Silvretta FR800/Pure Freeride First Look

Last weekend we took a pair of Silvretta Freeride 800 skis for a test drive. These skis were equipped with a pair of Pure Freeride bindings. The FR800 is the top of Silvretta’s 2007/8 line-up. It is a mid-fat freerando ski built using a wood core and honeycomb construction. The graphics are very pleasant, a pair of burgundy stripes with a translucent top sheet. The FR800 has identical dimensions to the Atomic Sweet Daddy, 118-80-106mm. This gives plenty of float underfoot for powder. The ski remains light - in 175cm a pair weighs around 2800 grammes, 200 grammes less than the equivalent Sweet Daddy but the FR800 gains 3cm in length.

Okay this is not light but size does matter. We climbed about 3000 meters over 2 days (with a bad cold) and didn’t find the weight of the FR800/Freeride combination to be a handicap. The ski is not overly shaped, just enough to make turns easier but still stiff and straight enough to provide grip on icy slopes both when climbing and descending. The ski requires a 90mm ski crampon.

The first day was a tour to the Selle du Puy Gris in the Maurienne valley. It had snowed the day before but slopes had already settled under the warm spring skies. This gave us the chance to try the FR800 on firn snow and heavy powder. The ski preferred medium radius turns and gave the feeling of stability at speed, possibly due to its anti-vibration inserts and carbon fibre reinforcements. It also floated well on the melted glop we encountered at the end of our tour.

The weather changed overnight. Strong winds and around 10cm of fresh snow. The fresh powder would give us some different conditions for our test although the avalanches going off around us were somewhat disconcerting. The wind had worked the snow giving it a slabby texture. Not the champagne powder of ski movies. It was important to be well balanced on the FR800 fore and aft and not ski too far back when the wide tails would tend to snag on the hard base below the shallow coating of fresh snow. As with the day before the skis preferred to be given their head and not forced into tight “randonnee” turns. The real surprise was down in the forest where they proved very agile in the brushwood slalom.

The skis were equipped with the Silvretta Pure Freeride ski touring binding. This is a strengthened version of the original Pure binding. Now it should be noted that the first version of the Pure had a number of problems with the toe piece. On the 2007/8 Pure Freeride (and on the other models) this part has been redesigned. The sliding plate that help boot release is gone, replaced by a slippery piece of solid plastic, the “soap bar”. The pivot has been modified and the toe casting strengthened. The toe piece is a solid unit so it is hard to see why it should have failed in the original model. Silvretta’s French spokesman told us it was a quality control issue. The redesign complies with new DIN requirements for 2008/9 and can be used with both touring and alpine ski boots.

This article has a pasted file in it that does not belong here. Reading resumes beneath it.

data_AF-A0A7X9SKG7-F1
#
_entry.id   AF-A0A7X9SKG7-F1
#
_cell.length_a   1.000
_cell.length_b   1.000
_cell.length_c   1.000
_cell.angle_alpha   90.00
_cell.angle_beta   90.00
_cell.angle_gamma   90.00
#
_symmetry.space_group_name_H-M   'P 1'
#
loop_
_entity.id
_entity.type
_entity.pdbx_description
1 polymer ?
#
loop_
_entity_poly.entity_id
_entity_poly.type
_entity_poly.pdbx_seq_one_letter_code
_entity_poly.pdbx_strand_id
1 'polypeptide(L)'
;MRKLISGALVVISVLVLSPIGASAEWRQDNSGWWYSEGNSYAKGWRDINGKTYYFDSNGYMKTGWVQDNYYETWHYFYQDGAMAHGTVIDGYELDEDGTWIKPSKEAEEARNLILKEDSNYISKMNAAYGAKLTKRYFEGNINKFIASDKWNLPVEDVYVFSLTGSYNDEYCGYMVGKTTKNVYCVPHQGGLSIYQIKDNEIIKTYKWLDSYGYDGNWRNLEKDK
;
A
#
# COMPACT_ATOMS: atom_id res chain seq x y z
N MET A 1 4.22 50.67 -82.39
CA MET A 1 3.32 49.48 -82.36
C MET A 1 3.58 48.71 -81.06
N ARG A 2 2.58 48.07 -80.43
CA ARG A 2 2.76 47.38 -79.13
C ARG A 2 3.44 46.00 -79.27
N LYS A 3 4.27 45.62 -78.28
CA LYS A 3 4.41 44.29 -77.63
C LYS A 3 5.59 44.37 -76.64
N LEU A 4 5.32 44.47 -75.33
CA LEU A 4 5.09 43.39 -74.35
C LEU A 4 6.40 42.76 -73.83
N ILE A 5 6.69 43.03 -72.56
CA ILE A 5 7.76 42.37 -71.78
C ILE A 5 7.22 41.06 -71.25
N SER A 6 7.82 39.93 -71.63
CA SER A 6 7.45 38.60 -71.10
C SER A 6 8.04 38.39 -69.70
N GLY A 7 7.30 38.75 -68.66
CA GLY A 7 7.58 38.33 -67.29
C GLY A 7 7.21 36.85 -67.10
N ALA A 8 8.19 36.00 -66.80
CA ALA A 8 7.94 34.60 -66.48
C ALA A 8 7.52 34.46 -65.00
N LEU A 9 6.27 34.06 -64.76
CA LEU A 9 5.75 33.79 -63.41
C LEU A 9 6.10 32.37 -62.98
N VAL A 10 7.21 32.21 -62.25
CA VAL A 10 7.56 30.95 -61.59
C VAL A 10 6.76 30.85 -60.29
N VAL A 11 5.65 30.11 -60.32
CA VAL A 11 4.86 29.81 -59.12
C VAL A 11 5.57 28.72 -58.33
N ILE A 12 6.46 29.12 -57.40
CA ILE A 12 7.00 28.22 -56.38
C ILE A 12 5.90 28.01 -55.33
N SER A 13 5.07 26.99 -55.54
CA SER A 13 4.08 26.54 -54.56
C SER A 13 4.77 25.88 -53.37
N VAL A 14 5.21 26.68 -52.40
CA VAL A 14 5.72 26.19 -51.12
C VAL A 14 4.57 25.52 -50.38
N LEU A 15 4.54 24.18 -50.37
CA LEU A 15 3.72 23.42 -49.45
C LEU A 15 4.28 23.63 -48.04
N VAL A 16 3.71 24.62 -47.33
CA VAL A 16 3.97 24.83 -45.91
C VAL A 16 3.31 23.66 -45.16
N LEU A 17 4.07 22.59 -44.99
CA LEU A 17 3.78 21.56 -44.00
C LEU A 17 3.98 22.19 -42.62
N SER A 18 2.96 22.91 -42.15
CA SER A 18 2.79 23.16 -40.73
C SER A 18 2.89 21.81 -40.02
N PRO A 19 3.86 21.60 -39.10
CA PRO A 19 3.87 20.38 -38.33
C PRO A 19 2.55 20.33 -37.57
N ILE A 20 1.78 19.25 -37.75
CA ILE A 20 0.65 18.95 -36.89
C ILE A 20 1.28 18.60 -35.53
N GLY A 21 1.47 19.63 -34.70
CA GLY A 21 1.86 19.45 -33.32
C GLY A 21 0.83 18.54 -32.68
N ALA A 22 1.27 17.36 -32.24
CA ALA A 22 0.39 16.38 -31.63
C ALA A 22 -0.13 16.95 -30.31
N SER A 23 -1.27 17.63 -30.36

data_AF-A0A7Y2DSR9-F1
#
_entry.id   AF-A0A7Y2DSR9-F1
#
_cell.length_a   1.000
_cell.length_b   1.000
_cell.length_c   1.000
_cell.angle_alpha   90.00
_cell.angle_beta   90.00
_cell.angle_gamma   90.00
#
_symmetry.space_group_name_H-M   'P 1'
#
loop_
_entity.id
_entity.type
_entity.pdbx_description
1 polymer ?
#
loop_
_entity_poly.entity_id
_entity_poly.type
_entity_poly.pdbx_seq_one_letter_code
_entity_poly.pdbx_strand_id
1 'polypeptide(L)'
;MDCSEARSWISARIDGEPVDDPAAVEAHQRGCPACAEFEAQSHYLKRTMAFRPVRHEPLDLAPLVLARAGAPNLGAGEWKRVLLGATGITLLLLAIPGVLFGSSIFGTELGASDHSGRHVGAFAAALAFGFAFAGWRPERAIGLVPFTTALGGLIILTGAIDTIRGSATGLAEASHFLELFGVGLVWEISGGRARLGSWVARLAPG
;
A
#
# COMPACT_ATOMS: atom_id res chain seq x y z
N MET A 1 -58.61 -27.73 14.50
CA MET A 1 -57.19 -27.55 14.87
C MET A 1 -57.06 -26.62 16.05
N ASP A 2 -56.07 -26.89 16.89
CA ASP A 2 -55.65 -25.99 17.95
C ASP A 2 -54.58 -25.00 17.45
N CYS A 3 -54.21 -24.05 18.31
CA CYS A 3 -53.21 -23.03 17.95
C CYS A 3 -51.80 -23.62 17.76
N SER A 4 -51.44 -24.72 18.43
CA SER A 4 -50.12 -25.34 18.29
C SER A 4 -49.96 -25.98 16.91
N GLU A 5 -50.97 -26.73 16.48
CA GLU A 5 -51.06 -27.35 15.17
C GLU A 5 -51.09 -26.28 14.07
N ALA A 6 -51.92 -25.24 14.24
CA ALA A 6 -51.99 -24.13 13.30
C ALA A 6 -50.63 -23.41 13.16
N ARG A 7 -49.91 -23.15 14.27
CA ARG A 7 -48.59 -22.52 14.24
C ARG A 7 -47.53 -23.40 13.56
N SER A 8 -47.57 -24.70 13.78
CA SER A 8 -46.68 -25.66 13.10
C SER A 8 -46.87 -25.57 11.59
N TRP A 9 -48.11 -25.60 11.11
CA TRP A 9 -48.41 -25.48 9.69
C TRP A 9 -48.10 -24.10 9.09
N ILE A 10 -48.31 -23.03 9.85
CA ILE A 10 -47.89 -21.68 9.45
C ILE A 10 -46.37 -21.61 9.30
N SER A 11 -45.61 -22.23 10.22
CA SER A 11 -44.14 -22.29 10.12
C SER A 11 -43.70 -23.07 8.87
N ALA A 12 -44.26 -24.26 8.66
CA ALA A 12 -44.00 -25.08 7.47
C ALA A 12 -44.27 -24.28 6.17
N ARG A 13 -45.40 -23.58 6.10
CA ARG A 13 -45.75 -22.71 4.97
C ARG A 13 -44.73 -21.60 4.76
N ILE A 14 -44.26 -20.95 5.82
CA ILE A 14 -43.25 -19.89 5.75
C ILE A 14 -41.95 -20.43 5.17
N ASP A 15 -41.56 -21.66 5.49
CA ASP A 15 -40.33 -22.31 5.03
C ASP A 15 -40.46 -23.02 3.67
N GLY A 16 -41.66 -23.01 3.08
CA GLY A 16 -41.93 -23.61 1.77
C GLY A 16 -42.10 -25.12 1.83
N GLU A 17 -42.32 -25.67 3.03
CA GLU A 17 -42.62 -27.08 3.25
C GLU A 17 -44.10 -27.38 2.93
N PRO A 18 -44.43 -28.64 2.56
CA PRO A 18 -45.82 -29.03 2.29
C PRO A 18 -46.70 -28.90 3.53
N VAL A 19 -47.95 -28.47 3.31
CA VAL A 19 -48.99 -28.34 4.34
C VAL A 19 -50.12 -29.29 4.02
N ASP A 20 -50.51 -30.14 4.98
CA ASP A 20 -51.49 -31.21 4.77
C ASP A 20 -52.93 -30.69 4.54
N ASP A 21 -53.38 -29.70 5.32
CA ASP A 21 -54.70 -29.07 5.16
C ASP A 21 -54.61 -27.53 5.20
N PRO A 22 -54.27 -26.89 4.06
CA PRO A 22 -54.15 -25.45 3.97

silvretta pure freeride

The bindings go up to DIN 12 release. Useful if you are touring with a heavy pack. Release is vertical at the heel and horizontal at the toe. This is achieved by having the heel unit slide back and forth on the link rails. It is a pretty neat piece of design that works. The only thing that was slightly disconcerting was the boot moving backwards slightly when climbing a steep slope; still we had only set the horizontal release to 6.

The Pure Freeride weighs around 1850 grammes for the pair including ski brakes. The step-in and out convenience was great. Due to the poor snow year in the Alps we had to remove skis to cross streams and bare ground and gained time on our Dynafit equipped colleagues. The ski brakes worked fine although we wonder if they would stop a ski on an icy 40 degree slope. Probably not but they wouldn’t drag you under in an avalanche. The heel unit has a riser that offers three climbing positions for steeper slopes. We found the binding to be solid and very easy to use. It would probably be good for a mixed resort/touring setup. Climbing was aided by the pivot point being set 30mm back from the toe, this particularly helped conversion turns on steep ground.